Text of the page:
aliensouldream
aliensouldream at 2008-03-03 21:09 (UTC) (Link)
"Did EW, playing Frodo, tap into his inner hobbit, so to speak?"

That's exactly what I was trying to express. I'm no expert but Elijah said in interviews of that period that The Hobbit was his favorite book as a child and that's what led him to strongly wish to play the part. He seemed to exude perfect confidence that he could bring such a role to life.

I don't know whether the question of 'destiny' was ever raised with him in interviews. I mentioned it because it has been a frequent comment of critics and fans that, not just Elijah, but all the cast seemed destined for their roles because they were so perfect. I think I was wondering aloud whether what we sometimes call destiny is a combination of luck, timing, judgement, desire and 'fit'.

Also, it may be simplistic and fannish to say this, but Elijah as a person does seem to have that zest for enjoying and celebrating life and the simple strong affections that characterize hobbits. :-)

Thanks again for the wonderful celebration of this moving moment in the filming! *hugs*
Mechtild
mechtild at 2008-03-03 22:20 (UTC) (Link)
You are good to clarify, and fully--I am grateful. Yes, destiny is a maleable concept, having a lot to do with the way people interpret their lives. But it can be extremely affirming, even motivating, to have a sense of destiny to a certain action one is called to do.

Thank you for bringing so much thought to these comments, Aliensouldream. They make the posts that much more worth doing.

(Anonymous) at 2008-03-03 22:56 (UTC) (Link)
Beautiful screencaps and a beautiful poem. So bitter-sweet! One can only imagine what emotions stirred as Elijah sat at Frodo's desk for the last time. Jan-u-wine imagines the actor's own thoughts and feelings with the same depth of empathy she shows the beloved hobbit he portrayed.

~ ~ ~
Quote:
I think that most of what anyone thinks and feels at any given moment (and not just Elijah Wood), happens at a profound level, deeper than conscious thought—certainly deeper than what can be expressed in words.

~ ~ ~

I believe that to be true, Mechtild. There is a moment I love after Elijah and PJ have hugged (screencaps of which you included in your ealier 'last scene' entry). Acknowledging the studio applause, Elijah takes a bow. Shaking his head almost as if undeserving, he brings a hand to rest flat against his chest. I have always thought that simple gesture ~ hand on heart ~ tells more than any words he could have spoken. It's very touching.

Thank you both.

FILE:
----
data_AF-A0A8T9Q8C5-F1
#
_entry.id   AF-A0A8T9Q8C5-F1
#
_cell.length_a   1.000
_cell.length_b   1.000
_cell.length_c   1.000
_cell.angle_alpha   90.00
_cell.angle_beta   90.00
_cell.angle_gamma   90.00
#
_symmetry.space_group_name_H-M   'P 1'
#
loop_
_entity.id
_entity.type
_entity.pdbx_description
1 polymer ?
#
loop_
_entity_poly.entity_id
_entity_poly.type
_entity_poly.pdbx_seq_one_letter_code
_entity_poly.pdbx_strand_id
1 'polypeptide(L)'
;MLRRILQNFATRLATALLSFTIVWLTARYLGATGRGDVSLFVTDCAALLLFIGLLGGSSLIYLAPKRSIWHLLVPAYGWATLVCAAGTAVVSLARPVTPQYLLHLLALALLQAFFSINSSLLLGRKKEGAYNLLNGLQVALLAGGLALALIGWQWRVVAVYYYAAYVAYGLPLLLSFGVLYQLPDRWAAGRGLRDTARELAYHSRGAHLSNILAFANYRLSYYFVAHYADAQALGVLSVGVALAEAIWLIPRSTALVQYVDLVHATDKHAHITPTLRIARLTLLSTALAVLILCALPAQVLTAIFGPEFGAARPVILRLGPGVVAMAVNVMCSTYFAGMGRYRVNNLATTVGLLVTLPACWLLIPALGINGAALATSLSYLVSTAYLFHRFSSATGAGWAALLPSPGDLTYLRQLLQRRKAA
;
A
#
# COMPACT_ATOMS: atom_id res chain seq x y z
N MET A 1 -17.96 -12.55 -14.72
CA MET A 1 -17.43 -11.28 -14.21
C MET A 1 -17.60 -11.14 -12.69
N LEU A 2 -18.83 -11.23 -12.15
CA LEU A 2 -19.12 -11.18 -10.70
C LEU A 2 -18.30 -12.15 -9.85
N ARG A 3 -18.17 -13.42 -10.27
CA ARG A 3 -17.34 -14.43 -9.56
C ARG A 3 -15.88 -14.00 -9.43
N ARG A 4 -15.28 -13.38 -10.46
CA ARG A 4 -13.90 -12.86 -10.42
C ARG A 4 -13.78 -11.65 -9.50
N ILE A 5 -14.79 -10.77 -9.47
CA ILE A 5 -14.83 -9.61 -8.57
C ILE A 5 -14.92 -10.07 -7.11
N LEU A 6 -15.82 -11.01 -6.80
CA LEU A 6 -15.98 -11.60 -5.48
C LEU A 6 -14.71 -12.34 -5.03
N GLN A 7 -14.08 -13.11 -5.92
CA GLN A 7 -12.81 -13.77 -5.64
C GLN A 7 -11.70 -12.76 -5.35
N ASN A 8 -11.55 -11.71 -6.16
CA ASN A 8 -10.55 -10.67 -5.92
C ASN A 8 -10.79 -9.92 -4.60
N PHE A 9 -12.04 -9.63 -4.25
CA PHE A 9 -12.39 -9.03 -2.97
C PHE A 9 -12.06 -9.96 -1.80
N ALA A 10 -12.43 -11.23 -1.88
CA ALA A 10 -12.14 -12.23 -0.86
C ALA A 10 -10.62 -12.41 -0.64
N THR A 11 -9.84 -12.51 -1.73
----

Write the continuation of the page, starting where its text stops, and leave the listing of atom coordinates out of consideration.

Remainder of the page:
~ Blossom.
Mechtild
mechtild at 2008-03-04 04:12 (UTC) (Link)
Jan-u-wine imagines the actor's own thoughts and feelings with the same depth of empathy she shows the beloved hobbit he portrayed.

You say it better and more clearly (and more briefly) than I have done, Blossom. Thank you.

And that moment you described when EW is acknowledging the cast and crew's applause (hand to heart), yes, that's a lovely, true moment. I almost chose it for the image for the post above (just after the poem, before the new caps), but his face in that precise cap wasn't focussed enough for a stand-alone image.

But what an emotional ending to the trilogy that was!
Eandme
eandme at 2008-03-04 03:56 (UTC) (Link)
Thank you so much for those lovely screencaps, they really made me see things that I had not seen before. I love the poem too, the feelings are exquisite and only someone who has "been there" in her mind with Elijah at that moment could write it. I loved being brought into that moment, even though it fills me with sadness. Beautiful! I appreciate it very much.
Mechtild
mechtild at 2008-03-04 04:15 (UTC) (Link)
It is sad, but it is "beautiful-sad". Sadness made beautiful through eloquence--which is what, for me, "brought [me] into that moment". Thanks so much for your thoughtful comment, Eandme.
Millilicious is Delicious
millilicious at 2008-03-19 15:03 (UTC) (Link)
So cute and sad at the same time~ I can only imagine what he felt like~ Something so big and beautiful that affects you whole-heartedly coming to an end~ I would be heart-wrenched~ I know that I've had beautiful things end and every time I look back on them, I become nostalgic and wishful of the days to come back~ It almost sounds like that's what he feels like~ Those are really fantastic screen caps, also~ They really portray emotion~ What a fantastic post~! :'D
Mechtild
mechtild at 2008-03-19 16:03 (UTC) (Link)
I can only imagine what he felt like~ Something so big and beautiful that affects you whole-heartedly coming to an end~

I think any of us fans can appreciate this to a lesser degree. It was huge for so many of us, and a soul-shaking experience when it ended, even if the impact of its ending came slowly for some. I'm one of those. I'm still not quite out of its clutches--the film experience, I mean--not the book, which I'll read and love for ever.

Thanks for posting, Bhoay!
frodosweetstuff
frodosweetstuff at 2008-04-05 13:25 (UTC) (Link)
Thank you for the great screencaps - some of them were so hard to look at without getting tears into my eyes...

Mechtild
mechtild at 2008-04-05 13:45 (UTC) (Link)
The scene and the text do it for me, too. Very poignant.